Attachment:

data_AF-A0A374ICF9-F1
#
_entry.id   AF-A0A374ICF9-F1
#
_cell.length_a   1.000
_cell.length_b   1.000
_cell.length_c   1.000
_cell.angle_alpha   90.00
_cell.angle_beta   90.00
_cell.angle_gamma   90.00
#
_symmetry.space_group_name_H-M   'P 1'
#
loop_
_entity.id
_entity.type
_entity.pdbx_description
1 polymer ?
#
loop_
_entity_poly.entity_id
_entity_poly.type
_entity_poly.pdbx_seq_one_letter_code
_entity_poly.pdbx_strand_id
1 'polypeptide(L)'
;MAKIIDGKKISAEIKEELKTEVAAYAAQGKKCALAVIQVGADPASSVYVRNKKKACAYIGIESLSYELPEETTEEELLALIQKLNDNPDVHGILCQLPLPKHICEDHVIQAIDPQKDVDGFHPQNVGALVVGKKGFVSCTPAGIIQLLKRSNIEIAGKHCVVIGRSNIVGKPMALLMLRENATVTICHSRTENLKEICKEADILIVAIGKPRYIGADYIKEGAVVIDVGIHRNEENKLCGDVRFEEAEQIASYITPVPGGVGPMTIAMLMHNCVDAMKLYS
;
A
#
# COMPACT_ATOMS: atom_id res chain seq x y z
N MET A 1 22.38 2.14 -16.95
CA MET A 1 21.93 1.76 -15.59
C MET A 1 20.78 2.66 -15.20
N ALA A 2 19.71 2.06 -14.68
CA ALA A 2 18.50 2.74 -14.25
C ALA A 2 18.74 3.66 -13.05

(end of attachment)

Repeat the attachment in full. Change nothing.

data_AF-A0A374ICF9-F1
#
_entry.id   AF-A0A374ICF9-F1
#
_cell.length_a   1.000
_cell.length_b   1.000
_cell.length_c   1.000
_cell.angle_alpha   90.00
_cell.angle_beta   90.00
_cell.angle_gamma   90.00
#
_symmetry.space_group_name_H-M   'P 1'
#
loop_
_entity.id
_entity.type
_entity.pdbx_description
1 polymer ?
#
loop_
_entity_poly.entity_id
_entity_poly.type
_entity_poly.pdbx_seq_one_letter_code
_entity_poly.pdbx_strand_id
1 'polypeptide(L)'
;MAKIIDGKKISAEIKEELKTEVAAYAAQGKKCALAVIQVGADPASSVYVRNKKKACAYIGIESLSYELPEETTEEELLALIQKLNDNPDVHGILCQLPLPKHICEDHVIQAIDPQKDVDGFHPQNVGALVVGKKGFVSCTPAGIIQLLKRSNIEIAGKHCVVIGRSNIVGKPMALLMLRENATVTICHSRTENLKEICKEADILIVAIGKPRYIGADYIKEGAVVIDVGIHRNEENKLCGDVRFEEAEQIASYITPVPGGVGPMTIAMLMHNCVDAMKLYS
;
A
#
# COMPACT_ATOMS: atom_id res chain seq x y z
N MET A 1 22.38 2.14 -16.95
CA MET A 1 21.93 1.76 -15.59
C MET A 1 20.78 2.66 -15.20
N ALA A 2 19.71 2.06 -14.68
CA ALA A 2 18.50 2.74 -14.25
C ALA A 2 18.74 3.66 -13.05